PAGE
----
The first track on Buddy Guy’s new album consists of an excited MC introducing the great bluesman on stage at his own club in Chicago back in January 2010. Guy was making his final appearance at Legends, which has since closed.
“It’s show time…!” he yells. “And it’s time for the legend himself, the multi-Grammy award-winner, the Rock and Roll Hall of Fame-r, the baddest muthaf**** in town…”
At the time, Guy was 73. But the intro sums up the man’s continuing appeal.
He’s one of the greatest living bluesmen, and also a hero to rock audiences thanks to his furious and passionate guitar playing and vocal style. He delivers no-nonsense energy and enthusiasm, as well as expertise, and his talents have not faded over the years.
His aim on this particular evening was to mix his own songs with reminders of how the blues were transformed by British artists like Eric Clapton.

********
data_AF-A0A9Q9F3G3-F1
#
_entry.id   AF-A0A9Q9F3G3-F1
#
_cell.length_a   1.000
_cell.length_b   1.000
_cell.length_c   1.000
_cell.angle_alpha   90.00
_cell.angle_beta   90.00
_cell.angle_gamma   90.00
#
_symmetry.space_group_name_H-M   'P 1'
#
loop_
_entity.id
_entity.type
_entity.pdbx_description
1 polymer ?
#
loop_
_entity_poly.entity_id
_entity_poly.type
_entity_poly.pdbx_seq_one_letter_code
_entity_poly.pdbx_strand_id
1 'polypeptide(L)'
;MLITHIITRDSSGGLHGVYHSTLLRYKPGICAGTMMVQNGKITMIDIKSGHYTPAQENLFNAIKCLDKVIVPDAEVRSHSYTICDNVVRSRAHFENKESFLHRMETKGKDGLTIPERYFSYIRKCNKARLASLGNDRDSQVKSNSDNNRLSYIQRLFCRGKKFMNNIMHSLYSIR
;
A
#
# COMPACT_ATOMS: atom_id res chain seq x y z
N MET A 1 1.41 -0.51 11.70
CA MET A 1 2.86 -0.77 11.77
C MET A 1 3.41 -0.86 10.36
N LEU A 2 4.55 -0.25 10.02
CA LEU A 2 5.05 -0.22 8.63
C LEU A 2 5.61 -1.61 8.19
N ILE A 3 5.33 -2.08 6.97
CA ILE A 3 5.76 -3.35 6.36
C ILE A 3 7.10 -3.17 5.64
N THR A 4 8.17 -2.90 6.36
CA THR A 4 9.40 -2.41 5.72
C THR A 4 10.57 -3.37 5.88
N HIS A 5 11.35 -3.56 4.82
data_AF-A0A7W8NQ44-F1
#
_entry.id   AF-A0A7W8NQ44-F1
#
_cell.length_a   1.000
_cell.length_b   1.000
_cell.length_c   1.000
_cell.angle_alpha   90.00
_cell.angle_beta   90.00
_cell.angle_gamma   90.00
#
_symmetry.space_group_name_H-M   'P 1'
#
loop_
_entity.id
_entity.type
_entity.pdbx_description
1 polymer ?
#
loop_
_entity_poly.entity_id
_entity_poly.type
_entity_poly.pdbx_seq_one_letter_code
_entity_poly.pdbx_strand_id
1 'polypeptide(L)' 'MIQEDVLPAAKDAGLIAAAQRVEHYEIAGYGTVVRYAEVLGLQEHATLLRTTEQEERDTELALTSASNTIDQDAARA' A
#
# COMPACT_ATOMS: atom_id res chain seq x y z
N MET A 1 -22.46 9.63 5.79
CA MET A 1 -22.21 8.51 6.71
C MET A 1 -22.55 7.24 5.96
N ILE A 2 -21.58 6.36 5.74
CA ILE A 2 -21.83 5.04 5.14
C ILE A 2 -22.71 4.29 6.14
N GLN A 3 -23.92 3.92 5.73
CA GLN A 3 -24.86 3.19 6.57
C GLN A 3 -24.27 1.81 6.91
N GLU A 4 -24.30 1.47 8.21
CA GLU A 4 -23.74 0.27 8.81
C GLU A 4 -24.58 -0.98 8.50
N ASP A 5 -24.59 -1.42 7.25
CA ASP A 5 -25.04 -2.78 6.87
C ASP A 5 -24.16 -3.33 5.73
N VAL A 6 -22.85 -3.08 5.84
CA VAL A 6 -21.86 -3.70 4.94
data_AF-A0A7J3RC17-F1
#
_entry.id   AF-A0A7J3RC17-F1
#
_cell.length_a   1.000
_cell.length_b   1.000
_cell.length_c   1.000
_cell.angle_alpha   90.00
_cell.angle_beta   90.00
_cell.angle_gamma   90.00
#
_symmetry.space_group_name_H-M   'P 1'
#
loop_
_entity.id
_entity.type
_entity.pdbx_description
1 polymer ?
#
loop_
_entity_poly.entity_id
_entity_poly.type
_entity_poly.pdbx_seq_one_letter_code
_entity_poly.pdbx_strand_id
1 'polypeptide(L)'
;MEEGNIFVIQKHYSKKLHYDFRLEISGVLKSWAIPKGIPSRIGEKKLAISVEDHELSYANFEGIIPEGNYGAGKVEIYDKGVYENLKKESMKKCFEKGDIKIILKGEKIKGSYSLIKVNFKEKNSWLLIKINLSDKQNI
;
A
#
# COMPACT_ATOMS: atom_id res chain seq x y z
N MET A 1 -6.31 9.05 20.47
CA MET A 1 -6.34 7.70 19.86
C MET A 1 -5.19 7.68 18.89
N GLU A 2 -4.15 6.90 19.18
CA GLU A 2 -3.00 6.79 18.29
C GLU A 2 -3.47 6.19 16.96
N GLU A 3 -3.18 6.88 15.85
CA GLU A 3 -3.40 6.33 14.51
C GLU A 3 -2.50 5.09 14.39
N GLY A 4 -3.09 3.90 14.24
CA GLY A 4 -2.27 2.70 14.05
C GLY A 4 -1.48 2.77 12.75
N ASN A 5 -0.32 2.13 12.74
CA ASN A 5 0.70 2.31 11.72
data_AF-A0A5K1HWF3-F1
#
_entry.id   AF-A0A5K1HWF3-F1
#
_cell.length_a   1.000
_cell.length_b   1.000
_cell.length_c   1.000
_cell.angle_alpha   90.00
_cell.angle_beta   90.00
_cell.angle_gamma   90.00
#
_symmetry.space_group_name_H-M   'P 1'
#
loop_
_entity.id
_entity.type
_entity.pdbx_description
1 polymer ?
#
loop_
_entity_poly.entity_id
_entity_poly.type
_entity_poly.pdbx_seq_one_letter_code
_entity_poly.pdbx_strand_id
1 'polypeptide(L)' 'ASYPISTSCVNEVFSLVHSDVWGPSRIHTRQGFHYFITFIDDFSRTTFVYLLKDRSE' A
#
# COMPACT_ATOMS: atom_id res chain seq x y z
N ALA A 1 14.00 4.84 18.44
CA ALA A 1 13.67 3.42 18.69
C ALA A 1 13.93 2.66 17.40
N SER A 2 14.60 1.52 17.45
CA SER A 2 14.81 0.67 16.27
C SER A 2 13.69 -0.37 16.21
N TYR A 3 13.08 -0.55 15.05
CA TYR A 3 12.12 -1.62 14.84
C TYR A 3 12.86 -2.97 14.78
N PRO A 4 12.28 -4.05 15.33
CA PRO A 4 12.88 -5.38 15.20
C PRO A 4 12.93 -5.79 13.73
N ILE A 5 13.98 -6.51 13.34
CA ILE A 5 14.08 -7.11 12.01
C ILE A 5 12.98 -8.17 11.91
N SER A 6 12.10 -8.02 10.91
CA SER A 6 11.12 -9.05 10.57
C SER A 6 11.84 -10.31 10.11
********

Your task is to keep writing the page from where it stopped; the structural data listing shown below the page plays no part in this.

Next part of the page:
He opens with an energetic treatment of his own Best Damn Fool, taken from 2008’s Skin Deep album. And right from the start his rousing, rough and ready, wailing guitar style is as distinctive as ever.
So too is his vocal work – and his ability to switch from full-tilt passages to quiet, thoughtful vocals. He demonstrates this superbly on the soulful title track from Skin Deep.
The real surprises come with his exploration of blues styles that influenced the British blues boom of the 60s and 70s.
There’s a stomping version of the Muddy Waters favourite Mannish Boy, which is constructed around one of the all-time classic blues-rock riffs, and an enthusiastic treatment of Willie Dixon’s I Just Want To Make Love To You, famously covered by both Waters and The Rolling Stones.
Then there’s a sequence in which John Lee Hooker’s Boom Boom segues into Cream’s Strange Brew, with the audience joining in. This is followed by a treatment of Hendrix’s Voodoo Chile that eases into another Cream classic, Sunshine of Your Love.
Surprisingly, there are only seven live tracks – the final three are previously unreleased studio recordings from the acclaimed Living Proof sessions, recorded later in 2010.
They provide further proof of Guy’s ageless appeal.